In the “first nationwide National Institutes of Health-funded study of its kind,” led by the Center for Deaf Health Equity at Gallaudet University, scientists and researchers found that adverse childhood communication experiences are associated with increased risks for multiple chronic diseases in deaf and hard-of-hearing adults, according to an announcement from Gallaudet University.

The Gallaudet study, in collaboration with researchers at Boston Children’s Hospital and the University of Texas at Austin on early life communication experiences, is “the first to gather and utilize patient-reported outcome data from a large US deaf and hard-of- hearing adult sample exploring the association of childhood communications experiences with adulthood health outcomes.” The study was recently published in the American Journal of Preventive Medicine.

The Center for Deaf Health Equity at Gallaudet University is a deaf-led research center that conducts rigorous research that lays the foundation for better health-related quality of life among deaf and hard-of-hearing people who use American Sign Language (ASL).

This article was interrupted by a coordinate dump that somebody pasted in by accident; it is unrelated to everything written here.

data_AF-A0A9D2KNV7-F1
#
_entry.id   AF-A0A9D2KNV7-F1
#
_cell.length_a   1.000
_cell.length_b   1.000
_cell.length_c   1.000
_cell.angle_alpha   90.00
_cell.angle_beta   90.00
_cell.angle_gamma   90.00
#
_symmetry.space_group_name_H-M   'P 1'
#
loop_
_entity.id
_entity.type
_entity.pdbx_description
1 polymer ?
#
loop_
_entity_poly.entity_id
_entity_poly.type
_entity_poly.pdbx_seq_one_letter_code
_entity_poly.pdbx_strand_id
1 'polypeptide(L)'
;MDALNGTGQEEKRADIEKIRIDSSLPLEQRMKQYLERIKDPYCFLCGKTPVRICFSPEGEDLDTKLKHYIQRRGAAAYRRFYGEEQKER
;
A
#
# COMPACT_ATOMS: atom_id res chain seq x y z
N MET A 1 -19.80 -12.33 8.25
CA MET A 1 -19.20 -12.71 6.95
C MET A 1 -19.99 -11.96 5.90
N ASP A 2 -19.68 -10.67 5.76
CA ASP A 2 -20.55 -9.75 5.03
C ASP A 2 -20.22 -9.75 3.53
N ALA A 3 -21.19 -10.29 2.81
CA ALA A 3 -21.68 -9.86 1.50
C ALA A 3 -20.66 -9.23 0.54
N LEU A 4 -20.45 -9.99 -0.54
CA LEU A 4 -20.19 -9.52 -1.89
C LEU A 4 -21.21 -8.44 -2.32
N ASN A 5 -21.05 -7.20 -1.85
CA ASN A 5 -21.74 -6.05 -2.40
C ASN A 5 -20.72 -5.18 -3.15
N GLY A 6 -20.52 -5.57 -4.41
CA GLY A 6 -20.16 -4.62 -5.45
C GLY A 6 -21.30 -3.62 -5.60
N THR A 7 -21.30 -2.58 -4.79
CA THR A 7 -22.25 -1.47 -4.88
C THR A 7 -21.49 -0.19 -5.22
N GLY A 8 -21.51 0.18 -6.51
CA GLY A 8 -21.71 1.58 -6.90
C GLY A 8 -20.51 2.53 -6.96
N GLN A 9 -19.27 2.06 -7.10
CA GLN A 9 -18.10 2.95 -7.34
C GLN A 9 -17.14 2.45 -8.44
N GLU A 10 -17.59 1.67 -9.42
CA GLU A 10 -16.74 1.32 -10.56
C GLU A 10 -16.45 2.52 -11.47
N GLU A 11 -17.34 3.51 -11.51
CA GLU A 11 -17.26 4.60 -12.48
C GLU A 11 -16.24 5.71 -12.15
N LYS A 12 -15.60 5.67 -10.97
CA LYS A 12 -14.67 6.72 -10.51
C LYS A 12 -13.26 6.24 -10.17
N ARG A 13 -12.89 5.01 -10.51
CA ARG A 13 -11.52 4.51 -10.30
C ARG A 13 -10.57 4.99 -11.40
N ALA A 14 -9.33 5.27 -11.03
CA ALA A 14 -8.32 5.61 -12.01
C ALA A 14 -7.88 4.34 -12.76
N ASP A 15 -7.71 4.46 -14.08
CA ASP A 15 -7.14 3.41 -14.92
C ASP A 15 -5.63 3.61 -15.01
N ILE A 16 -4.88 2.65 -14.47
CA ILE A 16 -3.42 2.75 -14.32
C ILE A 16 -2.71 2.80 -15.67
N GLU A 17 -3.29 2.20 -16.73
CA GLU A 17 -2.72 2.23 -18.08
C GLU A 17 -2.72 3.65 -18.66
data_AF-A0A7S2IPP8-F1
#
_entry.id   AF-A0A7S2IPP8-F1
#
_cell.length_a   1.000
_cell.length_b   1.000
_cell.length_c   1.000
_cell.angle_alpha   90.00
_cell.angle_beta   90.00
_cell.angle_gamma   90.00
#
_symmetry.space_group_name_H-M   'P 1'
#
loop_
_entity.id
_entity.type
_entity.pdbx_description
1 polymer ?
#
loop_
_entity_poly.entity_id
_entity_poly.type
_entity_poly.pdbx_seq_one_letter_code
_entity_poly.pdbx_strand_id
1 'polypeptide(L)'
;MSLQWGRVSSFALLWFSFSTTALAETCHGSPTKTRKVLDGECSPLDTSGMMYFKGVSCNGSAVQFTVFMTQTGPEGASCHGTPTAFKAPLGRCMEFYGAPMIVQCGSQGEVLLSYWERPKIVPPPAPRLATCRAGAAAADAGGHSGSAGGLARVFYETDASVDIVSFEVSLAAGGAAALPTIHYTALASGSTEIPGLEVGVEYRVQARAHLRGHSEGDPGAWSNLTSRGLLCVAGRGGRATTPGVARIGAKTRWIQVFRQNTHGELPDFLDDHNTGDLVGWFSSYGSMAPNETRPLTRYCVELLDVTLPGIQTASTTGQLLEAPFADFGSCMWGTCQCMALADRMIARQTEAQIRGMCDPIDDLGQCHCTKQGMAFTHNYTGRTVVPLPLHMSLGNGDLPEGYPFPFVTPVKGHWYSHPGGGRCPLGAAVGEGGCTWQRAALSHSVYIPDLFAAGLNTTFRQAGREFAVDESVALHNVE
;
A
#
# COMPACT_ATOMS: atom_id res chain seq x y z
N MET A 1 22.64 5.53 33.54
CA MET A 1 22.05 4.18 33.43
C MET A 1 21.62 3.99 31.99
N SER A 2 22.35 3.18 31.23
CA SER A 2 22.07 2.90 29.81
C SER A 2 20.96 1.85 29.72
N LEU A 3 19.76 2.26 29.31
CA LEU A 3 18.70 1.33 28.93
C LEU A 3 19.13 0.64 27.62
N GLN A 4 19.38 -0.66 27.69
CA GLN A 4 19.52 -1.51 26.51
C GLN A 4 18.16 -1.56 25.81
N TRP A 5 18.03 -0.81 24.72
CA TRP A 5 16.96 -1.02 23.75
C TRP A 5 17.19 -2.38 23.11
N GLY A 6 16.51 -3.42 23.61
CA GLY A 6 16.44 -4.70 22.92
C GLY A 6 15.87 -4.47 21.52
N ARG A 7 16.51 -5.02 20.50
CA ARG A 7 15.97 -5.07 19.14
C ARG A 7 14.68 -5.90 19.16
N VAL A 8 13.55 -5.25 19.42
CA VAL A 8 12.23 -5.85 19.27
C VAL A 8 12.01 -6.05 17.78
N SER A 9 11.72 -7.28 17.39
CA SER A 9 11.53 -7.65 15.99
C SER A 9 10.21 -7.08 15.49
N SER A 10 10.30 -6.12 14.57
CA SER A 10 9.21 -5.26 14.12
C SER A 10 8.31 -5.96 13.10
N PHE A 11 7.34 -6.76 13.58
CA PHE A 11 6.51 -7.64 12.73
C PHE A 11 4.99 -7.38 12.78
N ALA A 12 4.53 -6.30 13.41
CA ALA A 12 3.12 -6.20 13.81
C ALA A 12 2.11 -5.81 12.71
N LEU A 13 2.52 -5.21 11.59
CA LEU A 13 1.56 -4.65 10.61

The study’s authors are Poorna Kushalnagar, PhD, Gallaudet University Professor and Center for Deaf Health Equity Director; Sanjay Gulati, MD, Child and Adolescent Psychiatrist, Boston Children’s Hospital; Raylene Paludneviciene, PhD, Professor, Gallaudet University; Claire Ryan, MA, PhD student, Educational Psychology Program, University of Texas at Austin; and Arielle Spellun, MD, Developmental and Behavioral Pediatrics Fellow, Boston Children’s Hospital.

“Even with the best intentions among parents and other family members, communication neglect and language deprivation do happen and can have serious health consequences,” said Kushalnagar. “This is especially true for deaf children, the vast majority of whom are born to hearing parents. Our research very clearly shows the significant health risks associated with language deprivation and communications neglect, and we hope will help accelerate critically needed prevention and remediation.”

Among the study’s key findings: 

  • Direct Child-caregiver Communication/Language Deprivation. Poor direct communications between a child and primary caregiver is significantly associated with an increased risk for several chronic conditions. Specifically, if one-on-one communication between a child and their caregiver is nearly nonexistent, this increases the child’s risks for heart conditions by 61%, diabetes by 12%, and hypertension by 10%. 
  • Indirect Family Communication/Inclusion/Communications Neglect. Poor indirect family communications and ongoing exclusion from incidental family communication and conversation are associated with increased risks for specific medical conditions. Specifically, if a child reports always feeling left out or not included in family communication, this increases the child’s risks for depression/anxiety disorders by 34% and lung disease by 19%. 

Toxic Stress of Early Childhood Language Deprivation and Communication Neglect